DNA Database

Discussion in 'Current Affairs, News and Analysis' started by CharlieBubbles, Dec 30, 2007.

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  1. Personally in principle, I don't have a problem with my DNA being on a Police database, as it will clear you if you are innocent, as it will convict you if guilty.

    Although recently, the Low Number DNA has been thrown into termoil with the setting free of th aledged bomber in N. Ireland and the judge questioning this practice.

    However, like with all this government touches, will it just be the Police that will have this information, or will they pass it to other government and none government agencies for them to loose it, or as DVLA did several years ago, sell the information on to a private company!

    Then there is the issue of knowing a patients DNA to check of known defects and therefore more prone to illness and disease, if the insurance companies got hold of that, would they then refuse to insure you?

    Personally I DON'T trust this shower of SH1T not to missue it, even if it for all the benifits it COULD bring to the UK!
  2. The last thing any government will do is use this information exclusively for catching criminals. It a great con trick to suggest that it will guarantee any convictions as supporting evidence has to be provided to convict (unless they decide to do away with that as well). You can be sure that the real plan behind it is to sell off as much of the information to businesses, home and foreign. :x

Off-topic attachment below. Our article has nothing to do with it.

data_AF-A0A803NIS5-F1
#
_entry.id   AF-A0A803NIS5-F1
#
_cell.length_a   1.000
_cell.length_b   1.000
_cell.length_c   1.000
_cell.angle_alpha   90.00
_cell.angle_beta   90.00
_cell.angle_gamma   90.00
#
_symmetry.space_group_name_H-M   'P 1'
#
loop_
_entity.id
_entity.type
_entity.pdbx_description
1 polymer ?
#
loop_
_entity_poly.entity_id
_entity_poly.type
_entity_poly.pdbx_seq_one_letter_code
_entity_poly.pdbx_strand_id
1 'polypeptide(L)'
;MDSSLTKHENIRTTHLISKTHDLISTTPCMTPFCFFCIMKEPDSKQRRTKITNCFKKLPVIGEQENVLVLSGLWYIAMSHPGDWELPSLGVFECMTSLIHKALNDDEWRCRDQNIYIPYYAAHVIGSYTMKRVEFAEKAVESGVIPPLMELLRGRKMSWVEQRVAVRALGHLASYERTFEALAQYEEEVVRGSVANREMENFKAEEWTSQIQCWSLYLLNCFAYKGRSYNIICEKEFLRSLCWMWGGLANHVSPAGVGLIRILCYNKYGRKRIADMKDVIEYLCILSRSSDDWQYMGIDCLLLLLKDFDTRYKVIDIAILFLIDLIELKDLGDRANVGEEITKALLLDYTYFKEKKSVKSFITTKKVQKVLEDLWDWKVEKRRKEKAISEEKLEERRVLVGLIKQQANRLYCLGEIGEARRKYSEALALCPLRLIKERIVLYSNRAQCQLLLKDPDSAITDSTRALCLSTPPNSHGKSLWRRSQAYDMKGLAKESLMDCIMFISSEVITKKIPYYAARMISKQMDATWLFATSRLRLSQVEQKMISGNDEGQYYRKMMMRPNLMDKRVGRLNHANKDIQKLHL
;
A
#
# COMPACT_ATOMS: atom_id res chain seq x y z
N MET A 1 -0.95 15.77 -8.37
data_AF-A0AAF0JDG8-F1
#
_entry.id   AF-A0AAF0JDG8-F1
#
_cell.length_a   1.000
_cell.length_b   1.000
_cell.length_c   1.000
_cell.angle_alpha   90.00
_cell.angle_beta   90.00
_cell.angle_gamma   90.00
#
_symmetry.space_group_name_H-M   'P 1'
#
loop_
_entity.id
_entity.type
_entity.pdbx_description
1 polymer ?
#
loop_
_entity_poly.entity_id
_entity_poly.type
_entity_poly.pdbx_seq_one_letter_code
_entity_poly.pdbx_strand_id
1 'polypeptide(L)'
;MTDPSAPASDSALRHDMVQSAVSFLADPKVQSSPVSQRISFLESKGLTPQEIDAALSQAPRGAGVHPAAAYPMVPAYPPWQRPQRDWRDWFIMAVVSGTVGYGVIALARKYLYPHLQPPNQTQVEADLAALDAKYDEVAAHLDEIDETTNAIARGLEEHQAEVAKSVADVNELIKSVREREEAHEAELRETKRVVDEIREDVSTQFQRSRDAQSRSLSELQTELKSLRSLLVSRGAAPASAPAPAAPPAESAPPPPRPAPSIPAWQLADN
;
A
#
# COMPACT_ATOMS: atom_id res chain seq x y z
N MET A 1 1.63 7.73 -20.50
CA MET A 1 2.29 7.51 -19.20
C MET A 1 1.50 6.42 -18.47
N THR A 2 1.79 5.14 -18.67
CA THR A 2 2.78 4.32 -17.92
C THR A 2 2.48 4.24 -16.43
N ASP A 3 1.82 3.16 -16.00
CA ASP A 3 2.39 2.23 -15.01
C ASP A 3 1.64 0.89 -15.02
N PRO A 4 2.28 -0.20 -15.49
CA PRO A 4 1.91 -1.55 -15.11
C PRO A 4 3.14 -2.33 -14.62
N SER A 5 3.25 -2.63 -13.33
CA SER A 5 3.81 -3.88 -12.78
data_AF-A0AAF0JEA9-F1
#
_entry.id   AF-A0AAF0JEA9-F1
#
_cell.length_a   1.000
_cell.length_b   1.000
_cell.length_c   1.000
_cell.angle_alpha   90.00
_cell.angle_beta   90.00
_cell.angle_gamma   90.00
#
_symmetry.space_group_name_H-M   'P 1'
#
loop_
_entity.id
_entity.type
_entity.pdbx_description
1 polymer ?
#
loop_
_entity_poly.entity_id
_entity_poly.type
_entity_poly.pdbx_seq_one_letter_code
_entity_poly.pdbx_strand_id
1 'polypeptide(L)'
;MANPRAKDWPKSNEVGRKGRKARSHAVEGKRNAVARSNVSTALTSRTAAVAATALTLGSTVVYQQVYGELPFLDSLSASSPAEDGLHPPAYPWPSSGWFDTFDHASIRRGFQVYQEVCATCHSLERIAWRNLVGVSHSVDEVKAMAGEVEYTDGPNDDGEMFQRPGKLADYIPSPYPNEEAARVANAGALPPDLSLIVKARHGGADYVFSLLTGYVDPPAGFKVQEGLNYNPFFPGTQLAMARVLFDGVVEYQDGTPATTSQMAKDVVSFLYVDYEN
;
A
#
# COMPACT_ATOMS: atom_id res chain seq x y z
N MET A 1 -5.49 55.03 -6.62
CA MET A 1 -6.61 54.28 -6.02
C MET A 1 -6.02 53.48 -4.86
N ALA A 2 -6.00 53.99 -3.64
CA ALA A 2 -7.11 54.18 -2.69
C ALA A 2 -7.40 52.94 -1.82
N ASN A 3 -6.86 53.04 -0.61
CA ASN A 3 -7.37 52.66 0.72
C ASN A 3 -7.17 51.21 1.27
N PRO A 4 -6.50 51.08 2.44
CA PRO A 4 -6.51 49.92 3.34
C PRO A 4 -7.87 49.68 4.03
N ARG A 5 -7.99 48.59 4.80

3. Boys boys boys!
    Reasons not to trust this "government?"
    Surely not?
    Try these links, the first couple are from the Forensic Science Service's own website, and the third one (the most spooky of all) is from the Home Office. Given the amount of data loss recently, probably still ongoing, the non-cleared security staff working in Government agencies and I would worry. The FSS is now being morphed into a commercially-run agency, otherwise known as a company or business. The driving force will be who pays most for the service, and law-enforcement within the UK will not be their preferred customer base.
    The third link, is the most worrying, apparently covertly obtained DNA cannot be used for paternity testing purposes but that pre-supposes that it can for everything else. Worried yet?




    Seen any Ministers stepping up yet to give DNA elimination samples? Nah, and neither did 97% of the Old Bill.

    Food for thought?